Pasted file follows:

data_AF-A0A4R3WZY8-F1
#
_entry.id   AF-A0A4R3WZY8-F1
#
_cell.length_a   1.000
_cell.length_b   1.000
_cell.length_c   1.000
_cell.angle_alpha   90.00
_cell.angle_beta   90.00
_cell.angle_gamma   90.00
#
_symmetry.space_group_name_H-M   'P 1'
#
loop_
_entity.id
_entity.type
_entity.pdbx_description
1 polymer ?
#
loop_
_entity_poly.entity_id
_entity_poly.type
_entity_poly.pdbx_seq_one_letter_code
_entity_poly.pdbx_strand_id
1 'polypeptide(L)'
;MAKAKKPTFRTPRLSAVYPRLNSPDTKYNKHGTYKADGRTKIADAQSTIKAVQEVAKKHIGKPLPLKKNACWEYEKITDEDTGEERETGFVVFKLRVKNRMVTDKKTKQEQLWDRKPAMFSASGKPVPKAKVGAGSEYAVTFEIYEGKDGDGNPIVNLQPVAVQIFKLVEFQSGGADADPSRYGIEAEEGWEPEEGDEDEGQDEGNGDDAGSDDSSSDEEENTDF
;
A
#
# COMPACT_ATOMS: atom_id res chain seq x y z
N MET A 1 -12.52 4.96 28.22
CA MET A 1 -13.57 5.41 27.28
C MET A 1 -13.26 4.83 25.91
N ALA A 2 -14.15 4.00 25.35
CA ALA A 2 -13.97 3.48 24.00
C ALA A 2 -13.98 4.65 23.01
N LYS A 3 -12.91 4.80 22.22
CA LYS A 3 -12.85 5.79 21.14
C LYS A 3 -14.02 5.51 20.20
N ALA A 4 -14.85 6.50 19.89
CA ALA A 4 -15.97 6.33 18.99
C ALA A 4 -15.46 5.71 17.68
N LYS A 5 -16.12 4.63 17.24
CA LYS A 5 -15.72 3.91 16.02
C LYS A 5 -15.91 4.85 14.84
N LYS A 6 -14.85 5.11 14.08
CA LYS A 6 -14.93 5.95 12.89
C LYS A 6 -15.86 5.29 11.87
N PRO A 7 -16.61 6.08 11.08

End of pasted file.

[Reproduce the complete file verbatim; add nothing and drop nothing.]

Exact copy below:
data_AF-A0A4R3WZY8-F1
#
_entry.id   AF-A0A4R3WZY8-F1
#
_cell.length_a   1.000
_cell.length_b   1.000
_cell.length_c   1.000
_cell.angle_alpha   90.00
_cell.angle_beta   90.00
_cell.angle_gamma   90.00
#
_symmetry.space_group_name_H-M   'P 1'
#
loop_
_entity.id
_entity.type
_entity.pdbx_description
1 polymer ?
#
loop_
_entity_poly.entity_id
_entity_poly.type
_entity_poly.pdbx_seq_one_letter_code
_entity_poly.pdbx_strand_id
1 'polypeptide(L)'
;MAKAKKPTFRTPRLSAVYPRLNSPDTKYNKHGTYKADGRTKIADAQSTIKAVQEVAKKHIGKPLPLKKNACWEYEKITDEDTGEERETGFVVFKLRVKNRMVTDKKTKQEQLWDRKPAMFSASGKPVPKAKVGAGSEYAVTFEIYEGKDGDGNPIVNLQPVAVQIFKLVEFQSGGADADPSRYGIEAEEGWEPEEGDEDEGQDEGNGDDAGSDDSSSDEEENTDF
;
A
#
# COMPACT_ATOMS: atom_id res chain seq x y z
N MET A 1 -12.52 4.96 28.22
CA MET A 1 -13.57 5.41 27.28
C MET A 1 -13.26 4.83 25.91
N ALA A 2 -14.15 4.00 25.35
CA ALA A 2 -13.97 3.48 24.00
C ALA A 2 -13.98 4.65 23.01
N LYS A 3 -12.91 4.80 22.22
CA LYS A 3 -12.85 5.79 21.14
C LYS A 3 -14.02 5.51 20.20
N ALA A 4 -14.85 6.50 19.89
CA ALA A 4 -15.97 6.33 18.99
C ALA A 4 -15.46 5.71 17.68
N LYS A 5 -16.12 4.63 17.24
CA LYS A 5 -15.72 3.91 16.02
C LYS A 5 -15.91 4.85 14.84
N LYS A 6 -14.85 5.11 14.08
CA LYS A 6 -14.93 5.95 12.89
C LYS A 6 -15.86 5.29 11.87
N PRO A 7 -16.61 6.08 11.08